BMWU Threatens Khoemacau With Legal Action

Date:

  • Union accuses Khoemacau of reluctance to sign MoA
  • This follows the mine’s recognition of the Union in February

The Botswana Mine Workers Union (BMWU) plans to drag the Khoemacau Copper Mining (KCM) company to court over its reluctance to finalise the two parties’ recognition Memorandum of Agreement (MoA). 

Subsequent to Khoemacau having finally recognised the union after reportedly giving it a hard time, things are said to have once again stalled as the mine has turned down the union’s proposed cut off point of members willing to join them.

According to BMWU Secretary-General, Maenge Maenge, at first it was not easy for them to acquire recognition from the mine despite having met all the requirements. It is procedural that when a mine opens for operation a union can apply to the company for recognition so as to give willing members representation on labour issues.

“The law is straight and forward that when you apply for recognition you should prove that you have a third majority of people willing to be part of that union. We did that the last week of November 2021. December and January passed still engaging with the company for approval but they remained reluctant,” Maenge said stressing that this is despite the union having met all the requirements and furnished management will all the necessary equipment. 

The expectation was that management should have then within a period of 41 days granted them the recognition but that did not happen.

According to Maenge it was only then after they had written to the mine threatening to approach the courts, as provided for by the trade dispute act that the management granted them the recognition beginning of February this year.

“After that it then meant that we should enter into the next step which is the recognition agreement between the employer and the union which is the one that regulates the relations of the two parties but until today that issue has not been resolved,” Maenge revealed.

The bone of contention he explained is that management has rejected their proposed cut off point for members joining the union to be that of D2 scale downwards.  He said the mine instead want it to be from C3 scale something which the union also reject arguing that their membership will be compressed.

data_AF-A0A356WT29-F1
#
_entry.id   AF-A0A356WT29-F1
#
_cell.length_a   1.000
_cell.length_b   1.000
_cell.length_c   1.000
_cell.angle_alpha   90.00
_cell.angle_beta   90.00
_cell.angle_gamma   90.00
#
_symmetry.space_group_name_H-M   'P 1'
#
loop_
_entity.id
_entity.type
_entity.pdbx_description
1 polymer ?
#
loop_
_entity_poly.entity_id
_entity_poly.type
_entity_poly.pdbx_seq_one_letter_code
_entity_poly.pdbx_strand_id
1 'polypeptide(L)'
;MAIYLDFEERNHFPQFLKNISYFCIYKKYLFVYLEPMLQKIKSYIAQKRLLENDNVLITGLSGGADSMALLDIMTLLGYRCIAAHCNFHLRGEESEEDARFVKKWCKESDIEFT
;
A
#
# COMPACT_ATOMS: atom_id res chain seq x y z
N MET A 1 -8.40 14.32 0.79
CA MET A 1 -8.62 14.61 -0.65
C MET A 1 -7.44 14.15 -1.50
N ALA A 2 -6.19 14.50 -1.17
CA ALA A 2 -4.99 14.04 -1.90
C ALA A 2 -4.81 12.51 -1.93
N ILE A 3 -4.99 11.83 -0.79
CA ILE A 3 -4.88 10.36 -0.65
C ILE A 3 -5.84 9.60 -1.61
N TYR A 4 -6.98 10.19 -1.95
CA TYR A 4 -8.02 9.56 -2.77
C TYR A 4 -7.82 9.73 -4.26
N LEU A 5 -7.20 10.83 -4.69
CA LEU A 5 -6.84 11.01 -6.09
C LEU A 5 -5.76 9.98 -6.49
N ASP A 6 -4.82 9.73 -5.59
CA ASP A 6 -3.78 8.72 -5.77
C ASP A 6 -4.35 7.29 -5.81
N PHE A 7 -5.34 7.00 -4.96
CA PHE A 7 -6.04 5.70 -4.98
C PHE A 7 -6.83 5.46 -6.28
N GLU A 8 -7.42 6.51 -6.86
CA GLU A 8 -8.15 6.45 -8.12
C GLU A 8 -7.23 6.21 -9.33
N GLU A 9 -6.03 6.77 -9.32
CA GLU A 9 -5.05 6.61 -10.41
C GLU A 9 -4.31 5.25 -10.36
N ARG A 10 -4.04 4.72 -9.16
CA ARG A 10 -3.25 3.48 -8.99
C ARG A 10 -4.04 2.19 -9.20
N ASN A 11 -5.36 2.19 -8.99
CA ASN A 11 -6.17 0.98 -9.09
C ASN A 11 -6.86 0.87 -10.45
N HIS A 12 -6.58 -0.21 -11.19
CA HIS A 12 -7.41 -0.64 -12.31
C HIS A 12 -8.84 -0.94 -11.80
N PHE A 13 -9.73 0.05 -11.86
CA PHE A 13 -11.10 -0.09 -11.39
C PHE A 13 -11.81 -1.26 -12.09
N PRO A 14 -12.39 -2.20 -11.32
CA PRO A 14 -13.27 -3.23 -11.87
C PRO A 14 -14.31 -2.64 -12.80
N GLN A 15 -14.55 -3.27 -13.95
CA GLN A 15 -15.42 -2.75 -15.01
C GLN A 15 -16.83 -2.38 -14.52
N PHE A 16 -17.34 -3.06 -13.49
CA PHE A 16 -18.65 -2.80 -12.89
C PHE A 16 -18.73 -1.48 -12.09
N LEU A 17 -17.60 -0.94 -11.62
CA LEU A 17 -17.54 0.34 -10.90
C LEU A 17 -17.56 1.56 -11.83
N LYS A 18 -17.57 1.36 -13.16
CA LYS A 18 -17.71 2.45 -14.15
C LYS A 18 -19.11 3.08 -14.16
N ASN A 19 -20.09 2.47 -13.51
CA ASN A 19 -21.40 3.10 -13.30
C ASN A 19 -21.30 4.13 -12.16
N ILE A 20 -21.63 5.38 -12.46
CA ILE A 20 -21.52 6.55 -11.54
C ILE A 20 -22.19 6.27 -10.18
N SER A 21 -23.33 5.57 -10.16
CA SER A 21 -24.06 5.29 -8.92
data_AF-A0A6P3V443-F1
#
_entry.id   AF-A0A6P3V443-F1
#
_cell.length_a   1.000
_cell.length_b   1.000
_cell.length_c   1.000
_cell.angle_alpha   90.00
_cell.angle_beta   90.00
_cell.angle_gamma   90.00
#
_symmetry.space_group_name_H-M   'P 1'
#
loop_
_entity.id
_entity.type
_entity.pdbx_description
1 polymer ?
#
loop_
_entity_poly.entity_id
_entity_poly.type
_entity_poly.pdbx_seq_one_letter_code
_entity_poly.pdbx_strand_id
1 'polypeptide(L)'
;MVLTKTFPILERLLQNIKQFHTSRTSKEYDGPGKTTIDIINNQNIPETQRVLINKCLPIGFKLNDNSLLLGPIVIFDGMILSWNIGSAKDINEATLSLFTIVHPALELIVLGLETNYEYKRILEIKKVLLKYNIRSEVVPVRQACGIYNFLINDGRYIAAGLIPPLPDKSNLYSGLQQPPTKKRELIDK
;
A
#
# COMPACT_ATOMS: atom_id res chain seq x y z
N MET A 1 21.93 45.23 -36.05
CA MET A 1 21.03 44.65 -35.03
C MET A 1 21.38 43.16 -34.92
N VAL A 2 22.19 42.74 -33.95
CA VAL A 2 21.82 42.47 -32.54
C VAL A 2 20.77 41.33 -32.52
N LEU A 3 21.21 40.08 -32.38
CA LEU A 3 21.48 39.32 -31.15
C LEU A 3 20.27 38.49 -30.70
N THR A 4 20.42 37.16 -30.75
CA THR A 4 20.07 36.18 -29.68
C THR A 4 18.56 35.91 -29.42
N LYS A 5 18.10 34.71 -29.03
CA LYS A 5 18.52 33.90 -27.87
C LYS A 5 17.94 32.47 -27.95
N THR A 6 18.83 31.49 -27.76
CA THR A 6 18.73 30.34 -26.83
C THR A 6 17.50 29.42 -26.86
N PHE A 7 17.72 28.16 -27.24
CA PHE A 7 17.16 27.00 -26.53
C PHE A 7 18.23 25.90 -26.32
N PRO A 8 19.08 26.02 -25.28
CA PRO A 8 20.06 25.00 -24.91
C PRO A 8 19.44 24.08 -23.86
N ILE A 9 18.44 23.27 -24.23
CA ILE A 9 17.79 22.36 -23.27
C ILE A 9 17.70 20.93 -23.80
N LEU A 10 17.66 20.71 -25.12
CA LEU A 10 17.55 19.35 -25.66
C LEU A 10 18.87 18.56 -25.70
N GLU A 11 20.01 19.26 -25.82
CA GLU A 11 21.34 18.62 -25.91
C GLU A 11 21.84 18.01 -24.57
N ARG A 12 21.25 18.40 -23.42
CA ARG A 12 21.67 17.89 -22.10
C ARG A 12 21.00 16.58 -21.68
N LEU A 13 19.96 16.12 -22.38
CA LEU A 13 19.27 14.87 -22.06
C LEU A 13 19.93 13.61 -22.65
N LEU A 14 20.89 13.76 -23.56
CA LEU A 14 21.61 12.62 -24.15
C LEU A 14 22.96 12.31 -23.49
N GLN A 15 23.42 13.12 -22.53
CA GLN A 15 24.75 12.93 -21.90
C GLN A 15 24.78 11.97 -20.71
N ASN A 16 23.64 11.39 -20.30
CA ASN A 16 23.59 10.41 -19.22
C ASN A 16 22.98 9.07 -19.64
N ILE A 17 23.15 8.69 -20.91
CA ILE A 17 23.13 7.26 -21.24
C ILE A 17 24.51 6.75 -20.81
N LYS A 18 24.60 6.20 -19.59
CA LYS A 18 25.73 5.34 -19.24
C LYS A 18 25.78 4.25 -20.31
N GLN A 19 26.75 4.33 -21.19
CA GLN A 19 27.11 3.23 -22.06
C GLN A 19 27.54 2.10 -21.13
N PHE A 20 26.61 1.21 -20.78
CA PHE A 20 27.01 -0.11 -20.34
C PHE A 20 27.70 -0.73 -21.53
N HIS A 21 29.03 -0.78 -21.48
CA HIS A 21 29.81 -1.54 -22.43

The mine is said to have argued that some of their employees who are on that scale hold management positions which therefore prohibits them from joining the union while on the other side the union has refuted the claims.

“The only people who are not allowed to join the union are those who are managers, those with the power to hire and fire, but as far as we know those people do not have such powers. Up to now the MoA has not yet been signed because the employer has not shown seriousness when it comes to this issue,” the secretary-general complained.

Maenge added that the matter was also recently discussed during their mediation engagement with the Labour Department but, it has proven that the employer has no intention to conclude the issue. He said management was at pains to prove that indeed those on D2 Scale have managerial powers.

“During the mediation this week they refused to agree even when the mediator tried to put sense on them, they failed to give evidence that the said people indeed have the managerial powers but only indicated that they can make recommendations, but the mediator has made it clear to them that to make recommendations does not mean one has managerial powers.”

Maenge said the mine has also turned down their other proposal which they tabled for progress’ sake for the A-C band to be allowed to join the union and have a signed agreement on that while on the side continuing with engagements about those on D Scale. But the management is said to maintained that they could instead settle for C3 consequently delaying the process again.

“So today we are awaiting to hear how it will turn out because we hear that those at the top have discarded the entire MoA draft and have written their own,” Maenge said revealing that they will be left with no option but to seek the intervention of the courts as the employer seem not be willing to amicably conclude the matter.

In a brief response, Khoemacau’s General Manager, Kevin Moxham said progress has been made on the matter but insisted that this publication should visit their site for further clarity and that arrangement was yet to be made at the time of going to print.

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